Kolodny was guided to the book when she was in Maine in 2000 researching materials for a forthcoming book about the first contacts by Vikings who explored the northeastern shores around 500 years before Columbus and the European invasion.

Long out of print - and largely out of people's memories - the book wasn't all that easy to find. Kolodny finally tracked down a copy to a library in Canada that was willing to lend it to her. It shook her world.

''I was blown away. My first question was, 'how did this amazing book get lost? Why hadn't I heard of it? Why is it not being taught? Why isn't it a part of the major canon of Native American and American literature?'''

Kolodny, a widely published and renowned scholar whose career has combined political activism in the civil rights, women's and environmental movements with a scholarly scrutiny of American culture and its discontents, describes the book as ''a lost masterpiece of 19th century literature.''

''It is the only book of its kind - a 19th century sustained narrative that is totally coherent and integrated about Native people and their traditions written by a Native person in English without the aid of outside scholars and anthropologists, and the only book to come out of the Wabanaki people of this time. It was unique and had some very powerful writing in it. I thought it can't stay hidden anymore. It has to become known to people because it is such an extraordinary piece of literature.''

In his preface to the text, Nicolar writes that only a ''red man'' like himself can ''give the public the full account of all the pure traditions which have been handed down from the beginning of the red man's world to the present time.''

His subtext is about representation and who could be trusted as custodian of indigenous traditions.

''In Nicolar's view, only a true descendant steeped in the ways of his people possessed both the knowledge and the right to control the interpretive process through which Indian cultures were invested with meaning,'' Kolodny said.

In keeping with Nicolar's view, Kolodny, a non-Native, worked closely with Shay and other community members to gain their trust and their blessing for the project.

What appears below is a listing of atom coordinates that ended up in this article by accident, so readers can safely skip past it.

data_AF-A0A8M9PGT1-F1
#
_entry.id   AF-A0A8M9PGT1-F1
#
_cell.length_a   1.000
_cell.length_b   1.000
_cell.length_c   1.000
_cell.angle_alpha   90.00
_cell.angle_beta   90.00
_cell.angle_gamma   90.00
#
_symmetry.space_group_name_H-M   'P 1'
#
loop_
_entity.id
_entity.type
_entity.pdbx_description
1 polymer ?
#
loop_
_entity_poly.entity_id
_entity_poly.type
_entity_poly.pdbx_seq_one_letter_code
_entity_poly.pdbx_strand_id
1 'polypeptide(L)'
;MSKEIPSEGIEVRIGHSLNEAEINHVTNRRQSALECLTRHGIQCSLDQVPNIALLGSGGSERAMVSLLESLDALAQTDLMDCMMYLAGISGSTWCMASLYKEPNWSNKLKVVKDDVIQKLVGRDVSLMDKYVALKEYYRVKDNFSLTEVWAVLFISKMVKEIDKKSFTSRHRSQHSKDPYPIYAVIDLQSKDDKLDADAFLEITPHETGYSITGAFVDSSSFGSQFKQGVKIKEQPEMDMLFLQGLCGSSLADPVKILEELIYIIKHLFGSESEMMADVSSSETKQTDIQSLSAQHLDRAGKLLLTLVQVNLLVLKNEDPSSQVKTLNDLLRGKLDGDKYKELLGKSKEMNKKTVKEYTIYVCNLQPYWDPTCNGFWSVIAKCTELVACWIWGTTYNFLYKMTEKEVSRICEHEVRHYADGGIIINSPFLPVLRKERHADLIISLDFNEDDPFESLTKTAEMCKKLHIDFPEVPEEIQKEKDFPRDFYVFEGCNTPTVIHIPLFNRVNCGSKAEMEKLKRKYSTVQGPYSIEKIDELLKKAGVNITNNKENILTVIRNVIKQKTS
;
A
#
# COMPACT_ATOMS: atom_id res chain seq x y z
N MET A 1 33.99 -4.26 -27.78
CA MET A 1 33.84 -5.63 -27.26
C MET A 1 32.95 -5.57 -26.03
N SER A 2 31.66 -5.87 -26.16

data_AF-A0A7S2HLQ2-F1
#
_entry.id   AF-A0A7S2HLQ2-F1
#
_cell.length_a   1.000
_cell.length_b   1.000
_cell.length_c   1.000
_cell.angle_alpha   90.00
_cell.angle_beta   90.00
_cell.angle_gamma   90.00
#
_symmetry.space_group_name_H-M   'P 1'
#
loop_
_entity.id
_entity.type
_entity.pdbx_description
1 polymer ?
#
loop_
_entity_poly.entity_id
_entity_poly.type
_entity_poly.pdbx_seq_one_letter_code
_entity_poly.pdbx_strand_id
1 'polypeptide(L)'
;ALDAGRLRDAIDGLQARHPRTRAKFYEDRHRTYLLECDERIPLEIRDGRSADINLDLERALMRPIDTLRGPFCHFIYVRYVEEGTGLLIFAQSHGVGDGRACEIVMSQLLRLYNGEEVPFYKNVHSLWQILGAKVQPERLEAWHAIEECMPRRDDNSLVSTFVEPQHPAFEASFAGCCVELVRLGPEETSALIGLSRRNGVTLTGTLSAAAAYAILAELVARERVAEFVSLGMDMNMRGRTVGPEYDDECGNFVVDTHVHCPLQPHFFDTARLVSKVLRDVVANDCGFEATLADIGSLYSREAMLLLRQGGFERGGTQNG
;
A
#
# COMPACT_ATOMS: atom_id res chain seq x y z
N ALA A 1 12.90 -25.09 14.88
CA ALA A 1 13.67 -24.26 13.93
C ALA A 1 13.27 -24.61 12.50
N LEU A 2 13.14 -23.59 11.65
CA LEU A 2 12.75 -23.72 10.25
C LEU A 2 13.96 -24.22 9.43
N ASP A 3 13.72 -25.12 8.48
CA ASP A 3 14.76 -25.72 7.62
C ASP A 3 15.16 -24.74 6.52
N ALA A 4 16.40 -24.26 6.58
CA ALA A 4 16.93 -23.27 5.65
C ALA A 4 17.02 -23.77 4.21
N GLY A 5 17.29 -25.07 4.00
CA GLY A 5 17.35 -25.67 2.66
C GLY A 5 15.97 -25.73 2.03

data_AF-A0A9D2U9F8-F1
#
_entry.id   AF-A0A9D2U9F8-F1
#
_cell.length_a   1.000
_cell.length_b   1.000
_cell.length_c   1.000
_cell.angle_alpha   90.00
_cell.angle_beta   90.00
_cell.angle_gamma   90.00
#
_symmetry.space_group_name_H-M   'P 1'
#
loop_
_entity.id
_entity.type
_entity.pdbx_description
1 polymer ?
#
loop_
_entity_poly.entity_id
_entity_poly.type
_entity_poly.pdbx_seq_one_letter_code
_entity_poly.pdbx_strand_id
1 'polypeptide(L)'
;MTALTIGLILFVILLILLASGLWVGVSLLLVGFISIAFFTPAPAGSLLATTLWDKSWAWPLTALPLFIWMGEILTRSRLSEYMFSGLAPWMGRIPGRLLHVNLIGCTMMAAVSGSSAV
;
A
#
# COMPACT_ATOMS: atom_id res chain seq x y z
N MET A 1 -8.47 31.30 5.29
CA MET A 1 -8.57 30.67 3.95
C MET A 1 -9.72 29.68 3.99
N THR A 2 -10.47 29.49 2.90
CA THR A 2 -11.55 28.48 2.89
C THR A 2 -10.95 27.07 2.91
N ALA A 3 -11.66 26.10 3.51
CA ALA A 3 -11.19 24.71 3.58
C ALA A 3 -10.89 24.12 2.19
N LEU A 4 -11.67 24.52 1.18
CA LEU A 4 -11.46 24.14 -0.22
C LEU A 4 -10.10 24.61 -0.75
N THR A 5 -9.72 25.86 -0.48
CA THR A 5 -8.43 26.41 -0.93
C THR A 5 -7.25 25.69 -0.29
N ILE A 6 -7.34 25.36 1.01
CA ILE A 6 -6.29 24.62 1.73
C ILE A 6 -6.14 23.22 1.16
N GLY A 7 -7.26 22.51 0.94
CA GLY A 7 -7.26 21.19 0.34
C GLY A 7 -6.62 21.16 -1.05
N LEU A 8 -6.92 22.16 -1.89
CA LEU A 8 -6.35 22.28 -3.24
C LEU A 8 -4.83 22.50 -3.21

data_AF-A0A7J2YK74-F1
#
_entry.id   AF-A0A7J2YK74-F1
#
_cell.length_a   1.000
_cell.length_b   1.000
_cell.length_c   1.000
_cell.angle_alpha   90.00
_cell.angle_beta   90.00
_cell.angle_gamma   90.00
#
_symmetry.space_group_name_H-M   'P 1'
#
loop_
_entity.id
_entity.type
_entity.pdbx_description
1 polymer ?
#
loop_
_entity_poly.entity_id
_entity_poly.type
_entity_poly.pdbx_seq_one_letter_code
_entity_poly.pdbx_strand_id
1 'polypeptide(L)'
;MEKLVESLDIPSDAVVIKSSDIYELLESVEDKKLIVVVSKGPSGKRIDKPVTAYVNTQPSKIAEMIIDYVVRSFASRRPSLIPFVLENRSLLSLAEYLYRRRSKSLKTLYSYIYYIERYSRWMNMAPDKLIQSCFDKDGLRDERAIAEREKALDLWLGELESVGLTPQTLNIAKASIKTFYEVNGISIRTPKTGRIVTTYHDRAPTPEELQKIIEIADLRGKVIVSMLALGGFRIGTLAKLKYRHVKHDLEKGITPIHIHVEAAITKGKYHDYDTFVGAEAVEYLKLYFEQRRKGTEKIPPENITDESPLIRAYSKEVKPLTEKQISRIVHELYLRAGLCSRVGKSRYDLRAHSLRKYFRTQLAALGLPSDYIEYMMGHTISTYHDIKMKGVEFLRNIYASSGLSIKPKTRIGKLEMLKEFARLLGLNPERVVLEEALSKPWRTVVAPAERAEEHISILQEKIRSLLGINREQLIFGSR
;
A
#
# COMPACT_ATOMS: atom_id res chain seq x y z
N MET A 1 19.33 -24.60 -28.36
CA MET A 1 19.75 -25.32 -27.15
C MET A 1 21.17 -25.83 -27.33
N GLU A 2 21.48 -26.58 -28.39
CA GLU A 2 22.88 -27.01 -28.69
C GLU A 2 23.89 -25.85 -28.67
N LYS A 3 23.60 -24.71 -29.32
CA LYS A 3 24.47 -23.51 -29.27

Shay, an honored World War II hero, said he was the only person who initially supported the republication of his grandfather's book.

''I was the only living grandson, and therefore my support of this project carried the most weight. I saw this as an opportunity to introduce this book into universities and schools across the country or, better put, on a national basis as it had been laying dormant in the state of Maine for over 100 years.

''At the time, I proposed to Annette that she include as part of the introduction a short history of the Penobscot Indian so that people reading this book would know who we were, where we came from and our role in the history of this country. Up until this time, people knew only of Indians who rode horses. We had no horses in the state of Maine. There were to be no alterations in the writings of my grandfather.''

When he held the republished book in his hand, he said, ''It was a vision come true.''

Kolodny said she would like ''The Life and Traditions of the Red Man'' to become required reading in American history and literature from the eighth grade on.

''The man who wrote it had an eighth-grade education. He wrote it both for Native and non-Native audiences, and he's asking them to keep honoring and respecting the culture they come from. I think if young people have a chance to read this, we might have a chance of honoring Nicolar's own ethical precepts.''